Friday, May 14, 2010

On Airbrushing..

Britney Spears has certainly lived out a few ups and downs in the public eye, but over the past year or so, she has remained relatively under the radar. Think what you want of Britney--this isn't an opinion piece on the life and times of Miss Spears; the purpose of bringing her up is to highlight something that she did recently that will hopefully impact many women all over the world.

So what did she do? She shot some photos for Candies, a clothing/shoe brand, as part of their new ad campaign-- and allowed the brand to release the un-airbrushed photos alongside the digitally altered photos so that we could see the differences that exist between these photos. In a society where unrealistic standards of beauty continue to be perpetuated, this act is a breath of fresh air in that it provides women of all ages a very clear example of the way that what we see is not always real! For a culture (ours) that exalts the beauty we see in print ads and pictures in magazines, it is pretty disturbing that most of these images have been doctored and are not representative of reality. I think on some level we may realize this, but seeing it really drives the point home.

Let me just say... Britney looks great in both photos. While the difference in the two pictures is very small, it is important for women to see that even Britney Spears has a little bit of cellulite. Does that keep her from being beautiful? No! Does that keep her from being successful? No way! So then why is it that we are prone to think that a little cellulite can keep us from being good enough? Or beautiful? To view the pictures of Britney before and after, follow this link. Scroll all the way down to see both pictures. I wish I could post them on my blog but I'm too tech-unsaavy to figure out how to do it :-).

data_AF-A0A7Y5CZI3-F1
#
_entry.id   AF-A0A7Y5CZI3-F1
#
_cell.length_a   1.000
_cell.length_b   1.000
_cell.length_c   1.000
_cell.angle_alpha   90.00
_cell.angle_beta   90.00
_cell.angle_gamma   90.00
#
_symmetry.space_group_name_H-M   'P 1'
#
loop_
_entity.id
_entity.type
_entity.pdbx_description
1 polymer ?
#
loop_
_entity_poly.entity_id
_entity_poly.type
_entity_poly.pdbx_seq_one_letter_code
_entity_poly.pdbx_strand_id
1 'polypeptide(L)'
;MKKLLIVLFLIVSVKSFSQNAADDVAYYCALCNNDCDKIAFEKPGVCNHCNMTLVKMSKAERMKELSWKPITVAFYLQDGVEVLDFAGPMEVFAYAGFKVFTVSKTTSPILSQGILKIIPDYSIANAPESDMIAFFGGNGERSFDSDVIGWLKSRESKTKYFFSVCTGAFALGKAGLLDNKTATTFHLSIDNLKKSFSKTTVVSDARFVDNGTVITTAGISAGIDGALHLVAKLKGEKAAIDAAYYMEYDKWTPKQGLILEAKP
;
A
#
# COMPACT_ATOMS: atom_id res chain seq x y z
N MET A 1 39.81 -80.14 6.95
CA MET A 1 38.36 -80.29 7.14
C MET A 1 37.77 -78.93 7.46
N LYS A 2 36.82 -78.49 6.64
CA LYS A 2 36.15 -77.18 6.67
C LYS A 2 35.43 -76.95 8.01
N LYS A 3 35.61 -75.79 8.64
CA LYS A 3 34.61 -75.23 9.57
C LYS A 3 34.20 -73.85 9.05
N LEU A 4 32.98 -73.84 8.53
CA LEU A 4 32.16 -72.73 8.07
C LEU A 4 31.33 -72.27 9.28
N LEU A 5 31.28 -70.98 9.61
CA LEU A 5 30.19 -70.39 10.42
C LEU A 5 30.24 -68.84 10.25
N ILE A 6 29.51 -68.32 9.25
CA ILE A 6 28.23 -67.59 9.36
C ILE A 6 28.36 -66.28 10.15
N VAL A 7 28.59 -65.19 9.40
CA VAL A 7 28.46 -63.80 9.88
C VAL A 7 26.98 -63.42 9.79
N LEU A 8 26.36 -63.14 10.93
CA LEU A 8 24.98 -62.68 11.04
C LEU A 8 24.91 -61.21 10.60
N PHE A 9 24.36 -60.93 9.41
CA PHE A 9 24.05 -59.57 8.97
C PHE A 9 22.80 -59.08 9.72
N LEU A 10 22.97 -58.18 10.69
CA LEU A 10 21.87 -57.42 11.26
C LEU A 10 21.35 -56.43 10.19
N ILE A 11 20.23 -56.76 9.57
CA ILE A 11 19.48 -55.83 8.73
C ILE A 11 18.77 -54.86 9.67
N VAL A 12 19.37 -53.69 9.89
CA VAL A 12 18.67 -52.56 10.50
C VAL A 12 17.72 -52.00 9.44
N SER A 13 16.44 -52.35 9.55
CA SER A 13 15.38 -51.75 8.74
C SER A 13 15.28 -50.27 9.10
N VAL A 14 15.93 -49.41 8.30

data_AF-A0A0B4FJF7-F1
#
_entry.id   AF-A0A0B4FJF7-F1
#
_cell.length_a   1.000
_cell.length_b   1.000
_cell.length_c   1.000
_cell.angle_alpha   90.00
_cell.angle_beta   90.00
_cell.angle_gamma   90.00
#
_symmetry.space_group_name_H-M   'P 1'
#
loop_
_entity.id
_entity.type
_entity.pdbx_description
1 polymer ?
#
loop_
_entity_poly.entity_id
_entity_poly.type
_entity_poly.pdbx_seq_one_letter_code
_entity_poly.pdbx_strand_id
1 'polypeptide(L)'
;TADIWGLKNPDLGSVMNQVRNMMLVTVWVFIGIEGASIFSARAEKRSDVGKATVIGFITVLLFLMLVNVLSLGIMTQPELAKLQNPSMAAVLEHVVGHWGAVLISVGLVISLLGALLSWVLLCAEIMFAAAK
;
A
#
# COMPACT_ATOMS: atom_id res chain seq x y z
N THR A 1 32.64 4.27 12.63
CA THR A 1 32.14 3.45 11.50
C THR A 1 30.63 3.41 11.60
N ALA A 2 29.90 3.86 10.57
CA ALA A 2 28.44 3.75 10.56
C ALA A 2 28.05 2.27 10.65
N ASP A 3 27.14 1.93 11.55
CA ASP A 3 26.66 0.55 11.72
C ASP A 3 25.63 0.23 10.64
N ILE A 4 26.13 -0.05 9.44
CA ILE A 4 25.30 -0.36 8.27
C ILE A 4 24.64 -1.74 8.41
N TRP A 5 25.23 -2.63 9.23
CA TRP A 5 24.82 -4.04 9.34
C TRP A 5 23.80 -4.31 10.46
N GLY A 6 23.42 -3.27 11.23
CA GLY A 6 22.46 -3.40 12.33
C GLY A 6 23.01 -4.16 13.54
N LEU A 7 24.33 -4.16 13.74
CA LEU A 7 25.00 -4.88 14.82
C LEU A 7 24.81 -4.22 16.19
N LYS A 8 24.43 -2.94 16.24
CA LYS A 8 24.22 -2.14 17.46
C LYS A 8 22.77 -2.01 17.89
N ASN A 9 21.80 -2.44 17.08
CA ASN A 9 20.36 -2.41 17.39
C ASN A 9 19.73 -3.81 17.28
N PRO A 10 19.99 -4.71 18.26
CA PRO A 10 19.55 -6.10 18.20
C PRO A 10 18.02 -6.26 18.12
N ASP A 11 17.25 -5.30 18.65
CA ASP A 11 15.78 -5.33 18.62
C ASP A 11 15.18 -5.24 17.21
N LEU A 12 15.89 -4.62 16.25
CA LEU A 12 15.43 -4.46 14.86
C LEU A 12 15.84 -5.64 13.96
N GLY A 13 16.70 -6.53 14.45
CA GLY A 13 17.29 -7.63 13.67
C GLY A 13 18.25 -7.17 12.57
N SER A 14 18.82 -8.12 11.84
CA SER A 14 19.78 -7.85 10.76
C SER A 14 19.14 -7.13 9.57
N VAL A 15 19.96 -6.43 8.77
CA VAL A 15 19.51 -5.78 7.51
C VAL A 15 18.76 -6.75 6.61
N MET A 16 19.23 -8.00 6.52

Celebrities acknowledging and releasing un-airbrushed photos has become somewhat of a trend lately- Kim Kardashian, Kelly Clarkson and Faith Hill have all spoken out about the way their photos have been altered in print. I think the take away point here is that we have to be discerning about what we see. When we see pictures in magazines (etc), we must remember that what we see is not always what is real. Considering how much value we often attribute to these images and the lengths to which so many of us go to in order to look like these women (and their bodies), ... it is a real wake-up call, since even they do not have these bodies! We might say that our culture has created an unattainable ideal of beauty, but just to be clear, it is actually unattainable! It is manufactured via photoshop! While it is pretty difficult to avoid these images, I would urge you to view media with discerning eyes because what we see is not representative of reality. So next time you are flipping through a magazine, just remember that what you are seeing is more than likely not an accurate representation of women, beauty and bodies.

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